Home' Grower : November 2012 Contents The South Australian Grower -- November 2012
2012 Citrus Australia National Conference
Delegates catch-up for
WHILE delegates went about with the serious business of discussing
growing, marketing and quarantine at the Citrus Australia National
Conference at Leeton, networking and catching-up with friends was a
welcome respite. MIKE LAMOND took these photos.
Peter Davidson, Leeton grower, chairman of fruitfly committee with Kevin
Cock, Citrus Australia director, and Mark Goldsack, Bayer Crop Science.
Prof Andrew Beattie, Citrus
Entomolologist with Mike Irey,
International guest speaker.
Representing J-Tech Systems are Kim-Lee
Mildren and Phill Redway.
Mark Goldsack, Bayer Crop Science with Adrian
Chapman, Colignan Producers.
Mel Turner, Melpat International
with John Lindsay, Greentech
Australia sales manager.
Paul Harker, Woolworths merchandise
EE Muir &
Doug Spanos, Agriexchange, with Kym Thiel, Citrus
Australia and Steve Lehmann, Elders.
Big challenges must not cloud
bright future for citrus industry
By Judith Damiani, chief
executive officer, Citrus Australia
CITRUS Australia welcomes the messages
of support for Australian growers, who are
facing the challenge of mid-season over-
supply of navel oranges.
We are regularly analysing the situation
and talking to industry so that we can
understand the causes of the problem.
Navel plantings make up a substantial
portion of the Australian citrus industry --
11,000 hectares out of a total of 28,000ha
-- and are by far the largest fresh citrus
For 20 years, most navel exports were
shipped to the United States and were very
profitable, and significant plantings were
made on the back of this trade.
The decline of the US trade, mostly
because of the influx of cheap Chilean
navels since 2009, has dramatically upset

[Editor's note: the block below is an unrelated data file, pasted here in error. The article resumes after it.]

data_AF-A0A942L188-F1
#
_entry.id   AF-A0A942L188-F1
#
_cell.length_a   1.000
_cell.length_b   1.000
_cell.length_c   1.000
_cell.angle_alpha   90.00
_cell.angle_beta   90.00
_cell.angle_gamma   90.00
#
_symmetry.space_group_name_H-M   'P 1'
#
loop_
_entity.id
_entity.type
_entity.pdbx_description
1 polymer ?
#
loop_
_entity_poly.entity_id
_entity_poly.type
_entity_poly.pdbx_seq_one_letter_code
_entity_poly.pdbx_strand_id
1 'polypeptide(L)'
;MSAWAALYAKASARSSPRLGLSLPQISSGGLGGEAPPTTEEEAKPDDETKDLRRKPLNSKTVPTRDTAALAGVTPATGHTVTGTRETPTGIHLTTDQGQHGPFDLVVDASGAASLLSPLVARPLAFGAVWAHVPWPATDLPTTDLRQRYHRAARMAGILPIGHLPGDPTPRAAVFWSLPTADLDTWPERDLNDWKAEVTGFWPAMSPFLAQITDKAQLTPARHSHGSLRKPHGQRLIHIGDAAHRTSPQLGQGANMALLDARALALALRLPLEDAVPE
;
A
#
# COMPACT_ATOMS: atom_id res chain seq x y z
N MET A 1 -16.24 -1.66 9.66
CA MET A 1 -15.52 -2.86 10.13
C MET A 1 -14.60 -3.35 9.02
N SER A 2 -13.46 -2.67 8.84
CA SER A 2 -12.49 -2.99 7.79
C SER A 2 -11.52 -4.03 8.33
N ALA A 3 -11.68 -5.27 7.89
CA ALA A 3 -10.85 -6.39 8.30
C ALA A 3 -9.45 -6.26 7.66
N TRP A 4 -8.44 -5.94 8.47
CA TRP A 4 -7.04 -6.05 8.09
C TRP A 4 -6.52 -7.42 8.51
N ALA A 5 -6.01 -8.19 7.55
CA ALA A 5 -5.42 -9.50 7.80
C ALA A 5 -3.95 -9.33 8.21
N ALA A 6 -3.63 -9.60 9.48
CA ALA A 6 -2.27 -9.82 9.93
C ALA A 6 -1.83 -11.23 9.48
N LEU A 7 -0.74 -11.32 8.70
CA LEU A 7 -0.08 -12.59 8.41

demand for Australian navels in the US
summer market (June to August).
The factors impacting on demand for
Australian mid-season navels have
resulted in over-supply on the domestic
market in the past few seasons and have
compounded to cause considerable
financial pain to navel growers this year.
In the worst instances, this has seen fruit
not being harvested or considerable
volumes being dumped by packers
because of a lack of sales.
In response, the navel sector is now in a
transition period in which alternative export
markets, increased domestic consumption
or reduced plantings are being considered.
Citrus Australia is committed to helping
growers overcome these challenging
times, and seeing our industry thrive into
Through various industry programs, we
• Opening-up new export markets,
particularly in Asia.
• Developing national quality standards to
ensure a great eating experience.
• Assisting growers with decisions
regarding their variety mix.
• Endorsing Australian orange juice with
an industry logo to help consumers
quickly identify fresh, great-tasting
• Working with the whole value chain,
including packers, marketers,
wholesalers, exporters, processors and
retailers such as Coles and Woolworths
-- to better understand its complexities.
• Working with our governments to
address export, regulatory and labelling
Hopefully, the Australian public will
support farmers by buying Australian
At this time of year, there are no fresh
imports (navels, lemons, mandarins, red
grapefruit), which are counter seasonal
and arrive during the summer months.
It is mandatory to label fresh citrus with
the country-of-origin at retail, so we're
encouraging shoppers to look for the
words Product of Australia or Australian
Grown on the citrus they buy.
At the conference, we heard from experts
about the threat of citrus greening, navel
marketing, fruitfly management and the
latest in citrus research and development.
While much has been said about the
challenges we are facing, there is still
much cause for hope.
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